Best Local Zine
Zine images by Maisie Haney

Hawt & Popular

Hawt & Popular is one of the most soul-stirring and refreshing new zines on the scene, so you won't be needing any more Biore warming clay masks once you scope these pages. Founder Thomas Mack lassoes various local players to make each issue of a vibrant tome that's part fanzine, part anthology, part humor mag, all community. H&P recently threw a party to celebrate the release of their third issue, a raucous affair featuring Miami's Las Nubes and local comedian Heather Shaw hosting. We can't wait to see what they have up their sleeves next.

Best Dinner Theater
Photo by Jasmine Hirst

Lydia Lunch at Maxine's on Shine

Feb. 18, 2019

"Let me tell you about toxic femininity!" sneered Lydia Lunch as she unleashed her equal-parts-malevolent-and-titillating Verbal Burlesque performance on a dinnertime crowd at the intimate Maxine's. What followed was an incredible, confrontational, artful stream-of-consciousness rant from one of the most important figures in U.S. punk and No Wave, paired improbably with custom cocktails and dinner specials for the night. The personal and the political collided on this stage like a stick shift and a groin in J.G. Ballard's Crash, and of course, Lunch got up close and very personal with those seated closest to her. Choke it down, worms.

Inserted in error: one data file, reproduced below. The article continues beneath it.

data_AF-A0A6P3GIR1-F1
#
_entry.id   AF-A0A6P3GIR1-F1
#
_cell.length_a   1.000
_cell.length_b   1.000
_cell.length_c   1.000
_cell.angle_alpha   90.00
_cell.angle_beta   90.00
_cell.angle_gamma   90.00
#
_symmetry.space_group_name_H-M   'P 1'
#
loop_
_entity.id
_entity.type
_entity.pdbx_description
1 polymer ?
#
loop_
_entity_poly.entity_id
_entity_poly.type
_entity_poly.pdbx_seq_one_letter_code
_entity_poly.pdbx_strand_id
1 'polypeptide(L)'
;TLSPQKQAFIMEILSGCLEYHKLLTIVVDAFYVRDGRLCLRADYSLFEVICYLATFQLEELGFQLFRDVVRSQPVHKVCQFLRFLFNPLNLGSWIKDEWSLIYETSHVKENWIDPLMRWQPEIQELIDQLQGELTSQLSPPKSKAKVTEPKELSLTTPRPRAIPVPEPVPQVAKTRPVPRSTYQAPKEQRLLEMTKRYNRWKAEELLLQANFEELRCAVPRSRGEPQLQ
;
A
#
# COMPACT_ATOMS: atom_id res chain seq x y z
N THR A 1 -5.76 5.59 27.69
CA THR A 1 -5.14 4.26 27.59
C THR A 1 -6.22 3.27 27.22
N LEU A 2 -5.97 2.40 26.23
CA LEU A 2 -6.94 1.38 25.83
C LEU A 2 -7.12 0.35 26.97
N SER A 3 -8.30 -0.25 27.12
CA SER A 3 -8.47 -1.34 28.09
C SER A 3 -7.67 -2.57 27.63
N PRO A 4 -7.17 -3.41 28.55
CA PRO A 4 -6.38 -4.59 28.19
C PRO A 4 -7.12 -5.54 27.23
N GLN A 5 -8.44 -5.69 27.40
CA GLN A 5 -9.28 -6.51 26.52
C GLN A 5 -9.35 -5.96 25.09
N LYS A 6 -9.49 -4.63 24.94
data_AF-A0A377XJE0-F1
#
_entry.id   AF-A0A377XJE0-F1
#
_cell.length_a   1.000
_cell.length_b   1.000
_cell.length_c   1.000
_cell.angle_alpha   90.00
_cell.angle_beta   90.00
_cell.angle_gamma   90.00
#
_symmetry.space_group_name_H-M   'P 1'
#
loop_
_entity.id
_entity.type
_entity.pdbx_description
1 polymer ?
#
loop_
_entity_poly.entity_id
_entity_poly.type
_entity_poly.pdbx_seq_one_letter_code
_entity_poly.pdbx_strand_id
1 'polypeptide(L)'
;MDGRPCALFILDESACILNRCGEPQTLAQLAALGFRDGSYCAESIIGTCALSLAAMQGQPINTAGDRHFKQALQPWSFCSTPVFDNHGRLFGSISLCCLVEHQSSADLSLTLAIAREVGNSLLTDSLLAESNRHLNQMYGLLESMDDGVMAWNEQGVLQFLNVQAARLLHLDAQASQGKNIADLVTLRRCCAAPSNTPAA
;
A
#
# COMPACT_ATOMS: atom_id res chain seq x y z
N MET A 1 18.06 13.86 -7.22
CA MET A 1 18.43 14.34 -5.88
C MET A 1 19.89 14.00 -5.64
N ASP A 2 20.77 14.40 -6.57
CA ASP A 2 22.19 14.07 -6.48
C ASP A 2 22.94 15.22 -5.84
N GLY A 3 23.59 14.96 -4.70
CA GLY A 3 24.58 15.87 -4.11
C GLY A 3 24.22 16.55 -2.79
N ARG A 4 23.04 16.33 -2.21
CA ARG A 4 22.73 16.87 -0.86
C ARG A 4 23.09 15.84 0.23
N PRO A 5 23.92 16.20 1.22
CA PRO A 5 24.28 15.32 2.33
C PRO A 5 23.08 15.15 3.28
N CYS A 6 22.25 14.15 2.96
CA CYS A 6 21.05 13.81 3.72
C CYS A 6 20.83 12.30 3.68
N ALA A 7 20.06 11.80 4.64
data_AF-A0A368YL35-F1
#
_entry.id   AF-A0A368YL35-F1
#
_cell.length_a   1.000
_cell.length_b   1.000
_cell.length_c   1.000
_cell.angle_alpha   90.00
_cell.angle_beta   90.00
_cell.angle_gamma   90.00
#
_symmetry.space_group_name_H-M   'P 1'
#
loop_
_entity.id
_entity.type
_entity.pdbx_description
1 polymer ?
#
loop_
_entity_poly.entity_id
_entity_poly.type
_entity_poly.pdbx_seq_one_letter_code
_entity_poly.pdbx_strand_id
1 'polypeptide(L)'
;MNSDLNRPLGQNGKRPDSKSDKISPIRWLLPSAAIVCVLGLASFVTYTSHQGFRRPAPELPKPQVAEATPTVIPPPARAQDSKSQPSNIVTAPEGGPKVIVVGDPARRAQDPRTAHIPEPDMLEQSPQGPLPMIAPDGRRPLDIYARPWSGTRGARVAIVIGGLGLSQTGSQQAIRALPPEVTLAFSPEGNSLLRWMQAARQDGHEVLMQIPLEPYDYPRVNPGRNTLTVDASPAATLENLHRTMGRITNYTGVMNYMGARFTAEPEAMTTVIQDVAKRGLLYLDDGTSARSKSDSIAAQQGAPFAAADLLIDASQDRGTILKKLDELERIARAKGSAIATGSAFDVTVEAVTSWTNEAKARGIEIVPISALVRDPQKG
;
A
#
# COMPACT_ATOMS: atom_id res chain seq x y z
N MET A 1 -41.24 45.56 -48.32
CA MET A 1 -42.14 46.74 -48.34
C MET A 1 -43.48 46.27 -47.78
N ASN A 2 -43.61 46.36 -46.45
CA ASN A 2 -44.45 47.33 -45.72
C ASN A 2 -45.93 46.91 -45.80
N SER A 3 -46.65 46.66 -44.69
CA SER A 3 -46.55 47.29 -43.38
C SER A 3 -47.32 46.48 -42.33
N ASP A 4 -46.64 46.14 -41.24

Best Full-body Communication
Photo courtesy Signing Shadows

Signing Shadows,

It's an admirable move when local theater companies include ASL interpreters at their shows so Deaf and hard of hearing audiences can enjoy them, too. But Signing Shadows is, as they say, a whole 'nother thing. They're capable of providing the traditional off-to-the-side sign-language interpretation you may have seen before, but where they excel is in "shadow interpretations": Their interpreters perform right alongside the actors onstage, providing a fully accessible and comprehensive communication of the role rather than a sort of ASL version of closed captioning. Their dedication to their craft is awesome, in both the currently popular and the original connotations of that word, and they thoroughly deserve to be recognized as one of the best things in Orlando.

Best Sneaking Culture Into the Subculture
Photo by Chris Belt is a 17-member chamber orchestra devoted to playing new music by living composers. Oh, and no big deal, but they're also "striving to build a more thoughtful, open and diverse society through contemporary classical music." So, you know, #goals. Founded by Natalie Grata and Beatriz Ramirez, both young woodwind-playing women, Alterity has presented more than a dozen concerts, become Timucua's first ensemble-in-residence, commissioned four new compositions, and shown hundreds of locals what classical music can be, if you drop your preconceived notions. And the spark of an idea took flame at a show at Will's Pub, a genesis story that's reflected in the youth of not just the composers whose work they interpret, but audiences as well. They bit off a lot when they launched this project, and they're clearly hungry for more. As are we.